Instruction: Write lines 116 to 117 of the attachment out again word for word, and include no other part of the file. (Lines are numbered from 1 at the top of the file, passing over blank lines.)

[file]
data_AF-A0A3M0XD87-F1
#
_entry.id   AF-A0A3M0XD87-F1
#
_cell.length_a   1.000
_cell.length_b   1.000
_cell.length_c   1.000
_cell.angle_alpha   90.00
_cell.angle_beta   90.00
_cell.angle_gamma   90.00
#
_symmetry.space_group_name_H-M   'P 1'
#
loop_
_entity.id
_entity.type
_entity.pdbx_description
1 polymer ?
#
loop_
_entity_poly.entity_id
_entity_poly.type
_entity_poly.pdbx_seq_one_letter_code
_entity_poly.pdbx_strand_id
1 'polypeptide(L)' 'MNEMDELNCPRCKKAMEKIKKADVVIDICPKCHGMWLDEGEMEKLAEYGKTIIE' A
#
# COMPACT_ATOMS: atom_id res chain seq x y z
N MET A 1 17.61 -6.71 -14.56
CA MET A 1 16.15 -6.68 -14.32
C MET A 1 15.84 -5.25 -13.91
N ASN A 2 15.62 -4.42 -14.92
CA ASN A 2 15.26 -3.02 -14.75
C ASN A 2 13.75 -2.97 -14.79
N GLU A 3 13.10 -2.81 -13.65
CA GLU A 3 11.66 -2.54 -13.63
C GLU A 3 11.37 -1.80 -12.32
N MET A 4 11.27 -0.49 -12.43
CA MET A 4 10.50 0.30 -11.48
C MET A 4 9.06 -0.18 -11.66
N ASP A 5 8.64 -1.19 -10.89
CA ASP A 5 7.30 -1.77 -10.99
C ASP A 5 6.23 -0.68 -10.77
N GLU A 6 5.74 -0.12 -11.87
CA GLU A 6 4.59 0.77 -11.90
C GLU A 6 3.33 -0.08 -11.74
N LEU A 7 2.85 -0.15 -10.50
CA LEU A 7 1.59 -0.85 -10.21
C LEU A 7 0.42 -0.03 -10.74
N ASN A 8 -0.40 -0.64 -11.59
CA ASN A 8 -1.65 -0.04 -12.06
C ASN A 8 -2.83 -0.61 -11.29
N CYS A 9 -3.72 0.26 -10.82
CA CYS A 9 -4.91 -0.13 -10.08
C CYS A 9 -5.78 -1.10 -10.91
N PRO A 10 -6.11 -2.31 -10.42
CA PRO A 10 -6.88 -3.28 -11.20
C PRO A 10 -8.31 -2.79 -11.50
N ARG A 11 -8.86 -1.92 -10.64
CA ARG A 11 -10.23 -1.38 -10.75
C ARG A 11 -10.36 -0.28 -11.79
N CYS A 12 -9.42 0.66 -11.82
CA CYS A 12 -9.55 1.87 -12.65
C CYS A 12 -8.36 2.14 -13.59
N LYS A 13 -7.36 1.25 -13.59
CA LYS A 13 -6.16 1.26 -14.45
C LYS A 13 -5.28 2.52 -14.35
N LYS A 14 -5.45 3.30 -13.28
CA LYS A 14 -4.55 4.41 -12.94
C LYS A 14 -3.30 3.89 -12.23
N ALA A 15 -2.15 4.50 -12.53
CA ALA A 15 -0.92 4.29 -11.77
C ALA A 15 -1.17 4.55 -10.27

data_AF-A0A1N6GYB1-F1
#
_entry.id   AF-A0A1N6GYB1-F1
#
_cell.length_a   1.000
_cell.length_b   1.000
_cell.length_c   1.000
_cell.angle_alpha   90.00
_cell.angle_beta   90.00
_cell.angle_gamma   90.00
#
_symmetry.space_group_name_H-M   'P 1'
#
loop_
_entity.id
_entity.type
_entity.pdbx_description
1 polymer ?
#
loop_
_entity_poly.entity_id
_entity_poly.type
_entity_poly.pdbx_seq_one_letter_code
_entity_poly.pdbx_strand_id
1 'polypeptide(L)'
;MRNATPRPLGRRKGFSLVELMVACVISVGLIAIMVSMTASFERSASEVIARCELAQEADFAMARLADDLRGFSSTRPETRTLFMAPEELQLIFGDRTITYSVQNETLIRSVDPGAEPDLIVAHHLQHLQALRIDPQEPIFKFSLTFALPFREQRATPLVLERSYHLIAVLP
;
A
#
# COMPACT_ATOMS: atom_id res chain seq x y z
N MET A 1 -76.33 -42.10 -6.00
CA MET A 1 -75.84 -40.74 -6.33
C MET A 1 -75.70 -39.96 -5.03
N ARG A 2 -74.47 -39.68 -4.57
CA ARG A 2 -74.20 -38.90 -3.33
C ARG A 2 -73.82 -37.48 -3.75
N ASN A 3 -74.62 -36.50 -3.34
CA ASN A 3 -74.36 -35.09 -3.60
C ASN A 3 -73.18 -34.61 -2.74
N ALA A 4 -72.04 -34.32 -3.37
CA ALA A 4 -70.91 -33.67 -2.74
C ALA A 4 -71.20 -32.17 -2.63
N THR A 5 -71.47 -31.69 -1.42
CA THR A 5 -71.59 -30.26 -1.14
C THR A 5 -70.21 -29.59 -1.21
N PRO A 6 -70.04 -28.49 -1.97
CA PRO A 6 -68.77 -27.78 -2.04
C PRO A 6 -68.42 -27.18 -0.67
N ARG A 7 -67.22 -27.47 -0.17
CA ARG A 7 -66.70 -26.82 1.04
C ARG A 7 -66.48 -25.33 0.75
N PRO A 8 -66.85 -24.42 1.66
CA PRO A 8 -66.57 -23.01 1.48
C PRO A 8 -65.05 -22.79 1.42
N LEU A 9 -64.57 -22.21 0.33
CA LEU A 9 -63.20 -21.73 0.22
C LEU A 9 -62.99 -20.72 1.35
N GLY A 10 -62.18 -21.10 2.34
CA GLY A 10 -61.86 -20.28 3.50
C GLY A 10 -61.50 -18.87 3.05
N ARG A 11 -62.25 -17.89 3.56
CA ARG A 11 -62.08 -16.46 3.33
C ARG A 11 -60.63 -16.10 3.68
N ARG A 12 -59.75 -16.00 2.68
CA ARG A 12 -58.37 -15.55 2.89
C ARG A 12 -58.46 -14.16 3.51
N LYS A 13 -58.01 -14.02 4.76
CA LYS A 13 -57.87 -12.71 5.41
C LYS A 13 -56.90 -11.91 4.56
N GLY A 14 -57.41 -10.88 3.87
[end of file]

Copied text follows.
CA THR A 5 -71.59 -30.26 -1.14
C THR A 5 -70.21 -29.59 -1.21